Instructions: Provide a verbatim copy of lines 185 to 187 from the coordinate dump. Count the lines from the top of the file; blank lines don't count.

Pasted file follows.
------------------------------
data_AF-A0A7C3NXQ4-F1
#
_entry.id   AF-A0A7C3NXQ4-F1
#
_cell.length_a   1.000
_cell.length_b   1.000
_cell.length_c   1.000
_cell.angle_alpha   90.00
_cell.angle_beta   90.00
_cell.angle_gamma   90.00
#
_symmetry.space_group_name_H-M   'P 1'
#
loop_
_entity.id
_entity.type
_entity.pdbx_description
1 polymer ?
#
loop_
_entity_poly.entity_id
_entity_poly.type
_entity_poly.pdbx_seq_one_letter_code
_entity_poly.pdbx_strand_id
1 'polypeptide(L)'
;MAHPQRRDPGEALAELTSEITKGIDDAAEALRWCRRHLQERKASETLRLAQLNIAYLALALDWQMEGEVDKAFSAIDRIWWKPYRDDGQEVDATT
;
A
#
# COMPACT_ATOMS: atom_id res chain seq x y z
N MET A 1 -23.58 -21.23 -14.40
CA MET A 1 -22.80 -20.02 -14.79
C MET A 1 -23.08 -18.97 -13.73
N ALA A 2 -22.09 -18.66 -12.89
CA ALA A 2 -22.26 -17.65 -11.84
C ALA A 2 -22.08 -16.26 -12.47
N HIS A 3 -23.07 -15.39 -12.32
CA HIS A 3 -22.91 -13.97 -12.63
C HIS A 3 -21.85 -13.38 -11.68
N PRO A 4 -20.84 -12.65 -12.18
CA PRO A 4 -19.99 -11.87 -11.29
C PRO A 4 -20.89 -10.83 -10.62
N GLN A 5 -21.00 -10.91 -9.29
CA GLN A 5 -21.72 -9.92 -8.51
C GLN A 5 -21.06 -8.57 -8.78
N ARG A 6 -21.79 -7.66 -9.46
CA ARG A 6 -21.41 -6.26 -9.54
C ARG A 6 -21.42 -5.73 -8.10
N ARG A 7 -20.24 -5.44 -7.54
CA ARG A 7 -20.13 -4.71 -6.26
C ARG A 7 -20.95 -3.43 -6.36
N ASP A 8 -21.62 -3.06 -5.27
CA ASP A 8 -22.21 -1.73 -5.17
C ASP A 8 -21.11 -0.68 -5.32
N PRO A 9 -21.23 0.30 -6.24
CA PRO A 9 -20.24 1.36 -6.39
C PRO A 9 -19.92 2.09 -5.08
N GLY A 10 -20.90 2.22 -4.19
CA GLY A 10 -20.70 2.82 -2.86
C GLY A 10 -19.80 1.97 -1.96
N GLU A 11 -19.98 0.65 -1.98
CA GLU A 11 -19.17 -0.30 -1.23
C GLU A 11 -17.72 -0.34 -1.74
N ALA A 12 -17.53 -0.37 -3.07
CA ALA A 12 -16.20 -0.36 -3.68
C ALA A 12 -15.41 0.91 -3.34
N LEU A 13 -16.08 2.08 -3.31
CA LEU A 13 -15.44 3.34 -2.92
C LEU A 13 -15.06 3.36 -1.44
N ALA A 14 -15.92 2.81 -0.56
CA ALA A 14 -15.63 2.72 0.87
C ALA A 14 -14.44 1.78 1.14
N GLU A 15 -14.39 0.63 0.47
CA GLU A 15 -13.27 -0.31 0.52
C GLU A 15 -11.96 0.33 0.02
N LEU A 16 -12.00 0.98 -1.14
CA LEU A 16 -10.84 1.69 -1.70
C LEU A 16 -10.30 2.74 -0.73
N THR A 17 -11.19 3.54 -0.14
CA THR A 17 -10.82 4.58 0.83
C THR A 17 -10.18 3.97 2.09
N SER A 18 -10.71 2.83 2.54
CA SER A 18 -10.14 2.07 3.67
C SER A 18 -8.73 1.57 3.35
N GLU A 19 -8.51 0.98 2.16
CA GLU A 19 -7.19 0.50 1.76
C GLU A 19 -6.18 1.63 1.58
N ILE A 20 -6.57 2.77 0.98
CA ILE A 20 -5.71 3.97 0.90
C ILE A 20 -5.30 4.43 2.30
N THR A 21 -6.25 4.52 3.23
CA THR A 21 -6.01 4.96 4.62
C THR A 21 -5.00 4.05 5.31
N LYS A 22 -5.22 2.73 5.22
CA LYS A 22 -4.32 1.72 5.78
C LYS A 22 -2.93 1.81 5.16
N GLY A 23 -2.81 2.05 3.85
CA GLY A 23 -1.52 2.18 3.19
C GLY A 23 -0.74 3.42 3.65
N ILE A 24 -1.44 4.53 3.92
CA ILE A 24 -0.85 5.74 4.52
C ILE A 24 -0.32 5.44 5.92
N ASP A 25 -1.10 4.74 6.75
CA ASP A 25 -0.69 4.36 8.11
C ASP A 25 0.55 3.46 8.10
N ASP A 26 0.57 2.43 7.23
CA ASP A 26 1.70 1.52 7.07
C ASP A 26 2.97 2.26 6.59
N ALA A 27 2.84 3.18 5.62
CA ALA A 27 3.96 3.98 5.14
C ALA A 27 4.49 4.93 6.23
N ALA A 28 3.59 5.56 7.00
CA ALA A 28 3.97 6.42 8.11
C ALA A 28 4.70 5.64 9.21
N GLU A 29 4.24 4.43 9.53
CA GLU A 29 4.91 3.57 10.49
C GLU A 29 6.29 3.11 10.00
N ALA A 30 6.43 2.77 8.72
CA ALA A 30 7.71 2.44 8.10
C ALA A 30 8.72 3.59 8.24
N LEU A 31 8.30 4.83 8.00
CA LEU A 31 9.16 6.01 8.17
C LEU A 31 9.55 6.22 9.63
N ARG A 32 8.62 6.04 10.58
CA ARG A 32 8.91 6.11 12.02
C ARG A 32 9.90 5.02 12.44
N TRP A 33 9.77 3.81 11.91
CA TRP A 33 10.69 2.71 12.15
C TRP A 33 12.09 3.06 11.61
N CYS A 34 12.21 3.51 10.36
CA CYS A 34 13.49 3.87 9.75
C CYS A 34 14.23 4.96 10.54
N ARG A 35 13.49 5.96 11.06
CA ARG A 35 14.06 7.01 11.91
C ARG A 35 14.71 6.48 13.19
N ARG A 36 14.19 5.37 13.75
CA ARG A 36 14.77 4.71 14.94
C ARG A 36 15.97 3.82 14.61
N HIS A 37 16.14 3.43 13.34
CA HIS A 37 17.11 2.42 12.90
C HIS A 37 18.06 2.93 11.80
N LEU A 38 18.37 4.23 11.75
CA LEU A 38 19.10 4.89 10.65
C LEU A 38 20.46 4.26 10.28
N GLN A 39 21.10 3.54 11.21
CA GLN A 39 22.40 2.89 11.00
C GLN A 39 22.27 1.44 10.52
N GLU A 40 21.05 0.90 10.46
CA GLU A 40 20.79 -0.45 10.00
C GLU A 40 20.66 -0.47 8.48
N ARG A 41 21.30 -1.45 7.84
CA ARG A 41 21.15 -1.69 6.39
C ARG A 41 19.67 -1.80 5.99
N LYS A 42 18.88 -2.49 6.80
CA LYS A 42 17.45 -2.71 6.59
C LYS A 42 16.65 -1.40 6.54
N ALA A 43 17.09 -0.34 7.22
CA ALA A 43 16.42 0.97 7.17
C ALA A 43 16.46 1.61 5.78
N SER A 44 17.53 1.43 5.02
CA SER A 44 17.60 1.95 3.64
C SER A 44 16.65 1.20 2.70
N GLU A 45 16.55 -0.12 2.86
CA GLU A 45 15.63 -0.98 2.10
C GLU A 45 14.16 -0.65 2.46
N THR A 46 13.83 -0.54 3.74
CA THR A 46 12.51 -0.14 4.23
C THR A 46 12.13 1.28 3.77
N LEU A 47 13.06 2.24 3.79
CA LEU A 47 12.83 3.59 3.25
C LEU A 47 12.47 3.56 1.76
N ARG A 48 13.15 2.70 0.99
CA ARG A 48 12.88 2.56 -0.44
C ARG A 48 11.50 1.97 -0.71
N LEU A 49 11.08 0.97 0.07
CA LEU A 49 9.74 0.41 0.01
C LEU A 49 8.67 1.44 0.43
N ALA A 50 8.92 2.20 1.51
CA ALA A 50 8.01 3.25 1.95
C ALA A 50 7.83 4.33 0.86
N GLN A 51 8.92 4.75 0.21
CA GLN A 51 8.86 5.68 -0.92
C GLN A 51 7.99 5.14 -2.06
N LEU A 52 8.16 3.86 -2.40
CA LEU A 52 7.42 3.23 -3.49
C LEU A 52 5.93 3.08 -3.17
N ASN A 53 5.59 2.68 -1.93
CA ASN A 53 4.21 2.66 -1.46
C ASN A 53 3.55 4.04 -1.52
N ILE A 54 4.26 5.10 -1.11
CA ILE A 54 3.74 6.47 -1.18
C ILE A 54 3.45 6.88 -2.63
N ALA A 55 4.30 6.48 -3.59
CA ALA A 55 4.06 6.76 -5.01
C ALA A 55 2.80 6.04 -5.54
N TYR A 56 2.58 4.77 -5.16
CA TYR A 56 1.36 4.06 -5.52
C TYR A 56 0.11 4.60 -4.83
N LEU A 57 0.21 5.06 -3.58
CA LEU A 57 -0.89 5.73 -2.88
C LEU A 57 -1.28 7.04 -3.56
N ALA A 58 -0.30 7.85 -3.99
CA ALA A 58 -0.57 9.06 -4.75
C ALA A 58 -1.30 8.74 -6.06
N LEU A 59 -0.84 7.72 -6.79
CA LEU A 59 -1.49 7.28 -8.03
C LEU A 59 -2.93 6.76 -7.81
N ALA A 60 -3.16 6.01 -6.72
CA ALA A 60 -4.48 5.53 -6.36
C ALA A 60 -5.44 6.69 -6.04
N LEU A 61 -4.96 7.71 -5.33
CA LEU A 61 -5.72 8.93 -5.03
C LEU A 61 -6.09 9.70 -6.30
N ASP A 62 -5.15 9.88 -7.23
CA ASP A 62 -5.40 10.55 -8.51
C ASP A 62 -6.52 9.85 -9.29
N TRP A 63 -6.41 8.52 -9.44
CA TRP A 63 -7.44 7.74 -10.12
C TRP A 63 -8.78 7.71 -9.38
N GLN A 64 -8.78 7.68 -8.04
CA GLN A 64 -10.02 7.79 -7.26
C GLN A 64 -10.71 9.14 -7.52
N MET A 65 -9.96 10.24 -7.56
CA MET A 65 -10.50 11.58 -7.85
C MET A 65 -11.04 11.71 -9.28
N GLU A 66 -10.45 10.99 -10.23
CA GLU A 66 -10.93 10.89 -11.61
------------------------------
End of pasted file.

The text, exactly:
CA LEU A 52 7.42 3.23 -3.49
C LEU A 52 5.93 3.08 -3.17
N ASN A 53 5.59 2.68 -1.93